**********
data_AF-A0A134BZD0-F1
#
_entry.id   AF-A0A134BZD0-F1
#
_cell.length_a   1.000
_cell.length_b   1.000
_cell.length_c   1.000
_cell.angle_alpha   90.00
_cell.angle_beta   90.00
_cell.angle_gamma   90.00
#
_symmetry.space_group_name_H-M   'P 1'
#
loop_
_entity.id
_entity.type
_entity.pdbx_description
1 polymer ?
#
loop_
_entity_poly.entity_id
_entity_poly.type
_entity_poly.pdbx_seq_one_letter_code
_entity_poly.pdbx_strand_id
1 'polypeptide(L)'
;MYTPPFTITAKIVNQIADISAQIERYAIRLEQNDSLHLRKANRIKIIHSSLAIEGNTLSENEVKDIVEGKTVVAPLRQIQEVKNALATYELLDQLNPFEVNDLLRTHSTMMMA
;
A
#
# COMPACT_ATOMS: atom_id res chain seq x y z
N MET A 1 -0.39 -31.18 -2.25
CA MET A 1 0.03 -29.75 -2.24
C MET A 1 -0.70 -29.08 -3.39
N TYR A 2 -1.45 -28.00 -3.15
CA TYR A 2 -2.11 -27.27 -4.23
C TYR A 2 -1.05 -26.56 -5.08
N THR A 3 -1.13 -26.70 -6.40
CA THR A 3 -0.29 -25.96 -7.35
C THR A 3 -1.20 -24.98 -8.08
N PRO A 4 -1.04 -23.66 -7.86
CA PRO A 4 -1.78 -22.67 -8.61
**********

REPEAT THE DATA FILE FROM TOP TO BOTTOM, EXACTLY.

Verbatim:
data_AF-A0A134BZD0-F1
#
_entry.id   AF-A0A134BZD0-F1
#
_cell.length_a   1.000
_cell.length_b   1.000
_cell.length_c   1.000
_cell.angle_alpha   90.00
_cell.angle_beta   90.00
_cell.angle_gamma   90.00
#
_symmetry.space_group_name_H-M   'P 1'
#
loop_
_entity.id
_entity.type
_entity.pdbx_description
1 polymer ?
#
loop_
_entity_poly.entity_id
_entity_poly.type
_entity_poly.pdbx_seq_one_letter_code
_entity_poly.pdbx_strand_id
1 'polypeptide(L)'
;MYTPPFTITAKIVNQIADISAQIERYAIRLEQNDSLHLRKANRIKIIHSSLAIEGNTLSENEVKDIVEGKTVVAPLRQIQEVKNALATYELLDQLNPFEVNDLLRTHSTMMMA
;
A
#
# COMPACT_ATOMS: atom_id res chain seq x y z
N MET A 1 -0.39 -31.18 -2.25
CA MET A 1 0.03 -29.75 -2.24
C MET A 1 -0.70 -29.08 -3.39
N TYR A 2 -1.45 -28.00 -3.15
CA TYR A 2 -2.11 -27.27 -4.23
C TYR A 2 -1.05 -26.56 -5.08
N THR A 3 -1.13 -26.70 -6.40
CA THR A 3 -0.29 -25.96 -7.35
C THR A 3 -1.20 -24.98 -8.08
N PRO A 4 -1.04 -23.66 -7.86
CA PRO A 4 -1.78 -22.67 -8.61